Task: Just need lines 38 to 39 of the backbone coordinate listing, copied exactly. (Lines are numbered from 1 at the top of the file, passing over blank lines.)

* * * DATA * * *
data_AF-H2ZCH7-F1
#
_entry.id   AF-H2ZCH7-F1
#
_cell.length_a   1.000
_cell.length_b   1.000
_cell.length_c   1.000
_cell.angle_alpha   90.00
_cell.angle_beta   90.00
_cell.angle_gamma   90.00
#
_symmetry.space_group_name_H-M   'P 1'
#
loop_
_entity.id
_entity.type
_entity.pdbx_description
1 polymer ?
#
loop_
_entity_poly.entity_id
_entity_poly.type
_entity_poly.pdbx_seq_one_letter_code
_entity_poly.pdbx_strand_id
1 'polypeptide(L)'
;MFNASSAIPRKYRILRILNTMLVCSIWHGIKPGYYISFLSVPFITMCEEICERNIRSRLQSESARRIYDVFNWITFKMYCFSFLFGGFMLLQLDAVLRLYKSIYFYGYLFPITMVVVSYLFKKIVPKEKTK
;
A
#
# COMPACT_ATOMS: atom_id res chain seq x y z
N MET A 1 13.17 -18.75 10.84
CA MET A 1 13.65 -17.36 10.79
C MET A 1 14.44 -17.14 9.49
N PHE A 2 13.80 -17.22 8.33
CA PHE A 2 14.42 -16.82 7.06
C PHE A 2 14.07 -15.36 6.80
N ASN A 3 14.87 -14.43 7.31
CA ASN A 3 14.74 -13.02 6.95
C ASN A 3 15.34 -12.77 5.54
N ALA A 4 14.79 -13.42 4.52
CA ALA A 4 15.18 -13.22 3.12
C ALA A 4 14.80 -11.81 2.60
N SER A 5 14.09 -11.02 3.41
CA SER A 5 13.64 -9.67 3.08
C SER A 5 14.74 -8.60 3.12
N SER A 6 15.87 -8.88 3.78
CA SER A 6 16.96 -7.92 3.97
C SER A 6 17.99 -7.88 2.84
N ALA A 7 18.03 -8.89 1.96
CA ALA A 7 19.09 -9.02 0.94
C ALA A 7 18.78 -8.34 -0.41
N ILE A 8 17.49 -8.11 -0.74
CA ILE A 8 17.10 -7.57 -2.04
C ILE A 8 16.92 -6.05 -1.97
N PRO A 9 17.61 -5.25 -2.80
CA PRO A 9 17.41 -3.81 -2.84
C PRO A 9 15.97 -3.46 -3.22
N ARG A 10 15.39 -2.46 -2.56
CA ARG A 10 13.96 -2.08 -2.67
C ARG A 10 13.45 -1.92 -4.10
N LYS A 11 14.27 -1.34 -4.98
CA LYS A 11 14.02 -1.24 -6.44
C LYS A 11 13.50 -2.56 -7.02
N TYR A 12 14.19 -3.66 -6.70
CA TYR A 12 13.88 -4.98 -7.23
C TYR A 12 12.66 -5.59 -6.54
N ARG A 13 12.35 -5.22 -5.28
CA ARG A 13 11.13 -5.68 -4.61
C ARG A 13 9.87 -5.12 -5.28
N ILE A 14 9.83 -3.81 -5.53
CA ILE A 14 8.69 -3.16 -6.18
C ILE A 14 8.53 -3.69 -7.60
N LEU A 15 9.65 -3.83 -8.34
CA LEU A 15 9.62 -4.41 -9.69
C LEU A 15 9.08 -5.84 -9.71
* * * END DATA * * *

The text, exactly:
CA ASN A 3 14.74 -13.02 6.95
C ASN A 3 15.34 -12.77 5.54